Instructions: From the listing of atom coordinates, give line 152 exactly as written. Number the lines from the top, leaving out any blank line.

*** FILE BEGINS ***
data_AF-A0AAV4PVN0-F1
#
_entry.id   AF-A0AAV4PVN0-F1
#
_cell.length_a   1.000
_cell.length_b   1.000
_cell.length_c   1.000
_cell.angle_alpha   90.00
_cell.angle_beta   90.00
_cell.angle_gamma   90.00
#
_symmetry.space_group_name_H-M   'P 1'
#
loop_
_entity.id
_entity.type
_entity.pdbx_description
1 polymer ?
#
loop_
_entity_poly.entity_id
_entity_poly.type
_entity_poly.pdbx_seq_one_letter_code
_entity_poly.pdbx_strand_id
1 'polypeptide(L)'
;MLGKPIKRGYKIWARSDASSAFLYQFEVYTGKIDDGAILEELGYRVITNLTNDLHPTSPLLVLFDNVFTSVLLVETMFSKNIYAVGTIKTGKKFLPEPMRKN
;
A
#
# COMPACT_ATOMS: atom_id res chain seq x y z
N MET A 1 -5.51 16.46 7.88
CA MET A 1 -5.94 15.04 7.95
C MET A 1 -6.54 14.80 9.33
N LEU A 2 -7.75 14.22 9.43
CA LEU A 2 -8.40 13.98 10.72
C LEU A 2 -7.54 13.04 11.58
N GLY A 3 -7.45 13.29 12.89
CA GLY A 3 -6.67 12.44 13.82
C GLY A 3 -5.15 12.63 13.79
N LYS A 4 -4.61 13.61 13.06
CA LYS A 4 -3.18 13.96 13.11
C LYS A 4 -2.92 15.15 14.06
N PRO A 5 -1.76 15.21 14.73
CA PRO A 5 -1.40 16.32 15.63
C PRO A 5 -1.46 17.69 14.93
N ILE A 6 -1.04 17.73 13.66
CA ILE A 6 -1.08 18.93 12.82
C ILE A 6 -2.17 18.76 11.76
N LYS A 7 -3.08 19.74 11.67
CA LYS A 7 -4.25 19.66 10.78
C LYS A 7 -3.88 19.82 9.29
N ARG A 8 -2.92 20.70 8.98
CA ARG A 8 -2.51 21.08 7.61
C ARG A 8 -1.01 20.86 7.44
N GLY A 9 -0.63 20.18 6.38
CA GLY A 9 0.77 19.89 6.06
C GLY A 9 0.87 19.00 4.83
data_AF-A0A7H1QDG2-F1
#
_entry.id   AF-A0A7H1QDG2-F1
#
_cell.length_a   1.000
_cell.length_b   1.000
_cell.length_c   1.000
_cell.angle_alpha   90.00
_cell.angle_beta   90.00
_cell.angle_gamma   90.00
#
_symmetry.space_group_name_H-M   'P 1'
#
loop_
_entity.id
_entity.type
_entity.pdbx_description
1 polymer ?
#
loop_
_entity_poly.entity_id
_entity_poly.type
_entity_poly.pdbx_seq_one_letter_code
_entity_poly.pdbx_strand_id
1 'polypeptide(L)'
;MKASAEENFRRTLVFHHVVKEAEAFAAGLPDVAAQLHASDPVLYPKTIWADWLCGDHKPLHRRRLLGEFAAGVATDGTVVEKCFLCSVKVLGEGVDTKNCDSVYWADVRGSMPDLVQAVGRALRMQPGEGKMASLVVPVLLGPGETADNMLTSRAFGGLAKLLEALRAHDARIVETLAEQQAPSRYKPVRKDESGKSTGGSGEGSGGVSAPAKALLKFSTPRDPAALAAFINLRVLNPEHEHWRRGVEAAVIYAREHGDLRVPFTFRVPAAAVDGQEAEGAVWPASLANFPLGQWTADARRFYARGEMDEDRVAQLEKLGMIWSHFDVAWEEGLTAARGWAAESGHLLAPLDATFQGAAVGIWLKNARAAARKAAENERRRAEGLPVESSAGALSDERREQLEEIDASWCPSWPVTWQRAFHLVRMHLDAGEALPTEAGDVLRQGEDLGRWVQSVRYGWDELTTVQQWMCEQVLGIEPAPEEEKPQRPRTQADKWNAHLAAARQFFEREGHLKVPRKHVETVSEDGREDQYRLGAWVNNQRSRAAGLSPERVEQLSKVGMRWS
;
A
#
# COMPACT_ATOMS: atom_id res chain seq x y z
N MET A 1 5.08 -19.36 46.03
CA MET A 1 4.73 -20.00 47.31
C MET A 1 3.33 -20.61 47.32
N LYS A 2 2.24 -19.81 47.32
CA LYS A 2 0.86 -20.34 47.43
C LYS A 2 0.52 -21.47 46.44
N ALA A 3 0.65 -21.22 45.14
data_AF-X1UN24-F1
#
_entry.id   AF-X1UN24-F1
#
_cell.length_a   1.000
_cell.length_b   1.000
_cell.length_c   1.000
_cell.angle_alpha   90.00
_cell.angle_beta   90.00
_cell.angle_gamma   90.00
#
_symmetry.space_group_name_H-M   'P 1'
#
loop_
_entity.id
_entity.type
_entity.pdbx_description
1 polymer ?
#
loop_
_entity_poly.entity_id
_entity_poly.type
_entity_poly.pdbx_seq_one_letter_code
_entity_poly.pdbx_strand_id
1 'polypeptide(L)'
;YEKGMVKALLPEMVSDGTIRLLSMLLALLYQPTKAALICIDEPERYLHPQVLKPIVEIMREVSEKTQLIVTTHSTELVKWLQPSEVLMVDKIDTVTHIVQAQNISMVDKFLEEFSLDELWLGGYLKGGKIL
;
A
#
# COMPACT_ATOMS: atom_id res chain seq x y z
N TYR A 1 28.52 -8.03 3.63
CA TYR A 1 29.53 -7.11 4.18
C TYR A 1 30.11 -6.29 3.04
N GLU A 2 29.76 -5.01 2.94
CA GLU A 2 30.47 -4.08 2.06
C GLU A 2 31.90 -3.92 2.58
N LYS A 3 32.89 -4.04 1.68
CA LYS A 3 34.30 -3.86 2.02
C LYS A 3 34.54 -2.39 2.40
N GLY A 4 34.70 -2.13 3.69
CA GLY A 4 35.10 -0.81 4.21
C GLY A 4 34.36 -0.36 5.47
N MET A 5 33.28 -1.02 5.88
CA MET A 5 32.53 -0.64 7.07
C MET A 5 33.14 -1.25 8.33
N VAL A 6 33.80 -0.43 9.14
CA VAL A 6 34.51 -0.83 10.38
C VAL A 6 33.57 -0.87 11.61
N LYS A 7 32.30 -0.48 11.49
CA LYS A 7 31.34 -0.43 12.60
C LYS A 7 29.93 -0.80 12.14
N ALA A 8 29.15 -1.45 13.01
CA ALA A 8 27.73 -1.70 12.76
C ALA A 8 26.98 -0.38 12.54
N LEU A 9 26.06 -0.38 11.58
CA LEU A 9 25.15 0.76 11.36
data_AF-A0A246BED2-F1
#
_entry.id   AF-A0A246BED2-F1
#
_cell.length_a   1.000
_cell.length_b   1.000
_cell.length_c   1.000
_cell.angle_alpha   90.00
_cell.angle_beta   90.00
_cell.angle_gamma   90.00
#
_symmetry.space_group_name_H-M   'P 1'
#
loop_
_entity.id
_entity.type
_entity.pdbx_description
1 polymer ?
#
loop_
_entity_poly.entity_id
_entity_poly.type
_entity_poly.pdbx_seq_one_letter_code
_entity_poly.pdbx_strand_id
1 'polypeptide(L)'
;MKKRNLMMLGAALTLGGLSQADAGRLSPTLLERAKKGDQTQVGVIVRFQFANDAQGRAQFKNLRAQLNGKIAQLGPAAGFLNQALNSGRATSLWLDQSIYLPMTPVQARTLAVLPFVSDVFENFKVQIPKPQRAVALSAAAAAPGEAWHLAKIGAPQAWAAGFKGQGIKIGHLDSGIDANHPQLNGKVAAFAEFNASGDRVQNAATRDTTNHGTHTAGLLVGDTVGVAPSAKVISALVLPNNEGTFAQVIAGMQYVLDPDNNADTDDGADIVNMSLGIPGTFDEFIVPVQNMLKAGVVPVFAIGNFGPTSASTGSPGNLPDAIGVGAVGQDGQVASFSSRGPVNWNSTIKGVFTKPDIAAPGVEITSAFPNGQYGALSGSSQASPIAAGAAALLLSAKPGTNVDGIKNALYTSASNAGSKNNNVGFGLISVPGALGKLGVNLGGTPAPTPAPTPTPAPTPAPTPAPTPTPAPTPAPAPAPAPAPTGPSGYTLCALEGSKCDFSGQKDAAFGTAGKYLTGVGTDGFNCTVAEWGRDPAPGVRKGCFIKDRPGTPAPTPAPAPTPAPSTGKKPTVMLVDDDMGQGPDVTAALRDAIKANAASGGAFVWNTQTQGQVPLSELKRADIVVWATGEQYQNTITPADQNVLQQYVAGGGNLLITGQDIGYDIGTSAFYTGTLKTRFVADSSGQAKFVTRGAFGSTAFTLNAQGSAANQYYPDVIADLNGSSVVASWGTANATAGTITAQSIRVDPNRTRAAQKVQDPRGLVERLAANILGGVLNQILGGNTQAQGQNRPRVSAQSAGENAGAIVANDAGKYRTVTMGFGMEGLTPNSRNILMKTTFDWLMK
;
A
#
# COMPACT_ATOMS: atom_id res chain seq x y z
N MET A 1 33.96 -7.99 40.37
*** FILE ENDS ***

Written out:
#